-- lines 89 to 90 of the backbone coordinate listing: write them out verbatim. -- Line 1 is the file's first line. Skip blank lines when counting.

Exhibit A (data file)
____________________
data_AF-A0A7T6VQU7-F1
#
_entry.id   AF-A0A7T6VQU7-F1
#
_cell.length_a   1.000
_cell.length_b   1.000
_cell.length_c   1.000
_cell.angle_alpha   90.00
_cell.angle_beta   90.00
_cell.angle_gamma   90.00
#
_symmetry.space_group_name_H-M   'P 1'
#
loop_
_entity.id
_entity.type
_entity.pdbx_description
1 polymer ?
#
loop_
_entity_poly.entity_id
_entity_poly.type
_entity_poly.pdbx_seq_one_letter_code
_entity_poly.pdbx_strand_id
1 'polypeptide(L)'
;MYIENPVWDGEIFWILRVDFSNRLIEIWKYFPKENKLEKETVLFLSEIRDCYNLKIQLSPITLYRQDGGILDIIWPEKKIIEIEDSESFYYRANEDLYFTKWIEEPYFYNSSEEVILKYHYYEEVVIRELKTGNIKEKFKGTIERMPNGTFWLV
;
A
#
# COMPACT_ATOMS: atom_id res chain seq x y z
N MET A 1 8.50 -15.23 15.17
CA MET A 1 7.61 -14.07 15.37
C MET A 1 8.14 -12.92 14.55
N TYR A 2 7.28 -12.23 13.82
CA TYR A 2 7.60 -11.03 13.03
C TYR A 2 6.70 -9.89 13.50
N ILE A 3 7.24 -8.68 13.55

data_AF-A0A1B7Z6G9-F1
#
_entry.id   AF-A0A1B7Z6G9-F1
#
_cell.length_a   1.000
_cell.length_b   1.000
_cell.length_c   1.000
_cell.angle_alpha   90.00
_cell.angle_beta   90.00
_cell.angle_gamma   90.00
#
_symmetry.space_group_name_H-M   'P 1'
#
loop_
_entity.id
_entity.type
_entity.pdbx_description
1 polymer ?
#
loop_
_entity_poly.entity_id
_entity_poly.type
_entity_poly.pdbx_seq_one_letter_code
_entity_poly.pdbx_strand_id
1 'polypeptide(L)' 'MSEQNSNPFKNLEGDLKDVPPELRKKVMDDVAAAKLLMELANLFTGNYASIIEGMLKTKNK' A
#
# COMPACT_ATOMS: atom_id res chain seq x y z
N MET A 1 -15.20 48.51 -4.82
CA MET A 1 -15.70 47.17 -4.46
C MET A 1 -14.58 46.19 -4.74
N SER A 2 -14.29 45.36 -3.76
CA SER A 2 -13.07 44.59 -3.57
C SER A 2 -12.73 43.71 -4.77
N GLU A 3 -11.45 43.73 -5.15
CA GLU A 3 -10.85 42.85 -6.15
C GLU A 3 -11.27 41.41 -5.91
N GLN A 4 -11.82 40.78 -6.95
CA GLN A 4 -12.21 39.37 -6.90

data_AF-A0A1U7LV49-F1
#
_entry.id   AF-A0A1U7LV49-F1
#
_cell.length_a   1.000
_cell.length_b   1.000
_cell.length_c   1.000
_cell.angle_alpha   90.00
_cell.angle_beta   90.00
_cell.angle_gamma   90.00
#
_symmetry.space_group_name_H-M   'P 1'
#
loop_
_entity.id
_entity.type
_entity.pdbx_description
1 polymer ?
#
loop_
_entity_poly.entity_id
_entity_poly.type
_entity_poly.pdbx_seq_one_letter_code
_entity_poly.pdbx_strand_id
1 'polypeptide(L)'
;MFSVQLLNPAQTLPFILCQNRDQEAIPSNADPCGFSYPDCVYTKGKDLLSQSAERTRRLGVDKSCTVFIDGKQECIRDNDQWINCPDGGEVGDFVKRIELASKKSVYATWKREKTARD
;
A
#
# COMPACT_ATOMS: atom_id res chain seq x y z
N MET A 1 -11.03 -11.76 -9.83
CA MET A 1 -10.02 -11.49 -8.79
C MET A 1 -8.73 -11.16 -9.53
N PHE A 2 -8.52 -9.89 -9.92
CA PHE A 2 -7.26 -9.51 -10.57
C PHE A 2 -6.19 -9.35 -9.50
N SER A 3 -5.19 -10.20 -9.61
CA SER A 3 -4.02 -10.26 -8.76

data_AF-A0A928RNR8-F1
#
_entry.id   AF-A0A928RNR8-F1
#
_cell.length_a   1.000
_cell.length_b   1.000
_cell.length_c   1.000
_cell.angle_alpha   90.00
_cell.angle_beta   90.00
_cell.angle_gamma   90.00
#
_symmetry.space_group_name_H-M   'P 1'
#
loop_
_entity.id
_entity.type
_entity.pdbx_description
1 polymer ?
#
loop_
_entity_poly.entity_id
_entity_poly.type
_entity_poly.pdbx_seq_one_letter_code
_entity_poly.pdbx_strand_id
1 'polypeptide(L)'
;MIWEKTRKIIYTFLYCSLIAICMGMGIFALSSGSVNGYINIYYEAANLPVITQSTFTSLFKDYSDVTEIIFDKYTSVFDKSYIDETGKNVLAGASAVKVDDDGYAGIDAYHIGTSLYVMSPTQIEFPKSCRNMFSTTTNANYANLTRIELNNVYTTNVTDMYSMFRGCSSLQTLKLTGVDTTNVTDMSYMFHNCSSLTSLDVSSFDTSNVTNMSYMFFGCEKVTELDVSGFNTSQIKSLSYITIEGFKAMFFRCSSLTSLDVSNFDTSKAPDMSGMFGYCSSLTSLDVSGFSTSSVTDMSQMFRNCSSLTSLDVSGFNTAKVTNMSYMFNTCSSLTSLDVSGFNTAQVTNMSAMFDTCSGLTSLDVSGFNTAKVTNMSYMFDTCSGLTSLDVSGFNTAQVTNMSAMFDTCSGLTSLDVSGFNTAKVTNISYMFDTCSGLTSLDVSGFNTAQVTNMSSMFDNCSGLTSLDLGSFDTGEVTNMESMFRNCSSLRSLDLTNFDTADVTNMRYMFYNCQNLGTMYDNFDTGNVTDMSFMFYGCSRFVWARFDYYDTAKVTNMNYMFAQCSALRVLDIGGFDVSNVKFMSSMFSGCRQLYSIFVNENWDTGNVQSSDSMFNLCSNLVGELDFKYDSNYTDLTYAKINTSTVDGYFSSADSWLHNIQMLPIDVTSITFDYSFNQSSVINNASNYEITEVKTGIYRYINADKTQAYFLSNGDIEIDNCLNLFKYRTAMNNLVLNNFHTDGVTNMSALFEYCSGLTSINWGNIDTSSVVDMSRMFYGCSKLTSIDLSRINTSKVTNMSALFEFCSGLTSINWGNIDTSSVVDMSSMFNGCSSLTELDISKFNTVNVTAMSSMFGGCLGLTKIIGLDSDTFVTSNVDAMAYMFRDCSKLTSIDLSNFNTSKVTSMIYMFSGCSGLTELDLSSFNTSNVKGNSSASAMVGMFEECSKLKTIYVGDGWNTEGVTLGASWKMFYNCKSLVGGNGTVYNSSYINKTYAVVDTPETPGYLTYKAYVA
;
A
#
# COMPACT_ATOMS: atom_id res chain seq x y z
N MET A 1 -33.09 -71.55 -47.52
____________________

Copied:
loop_
_entity.id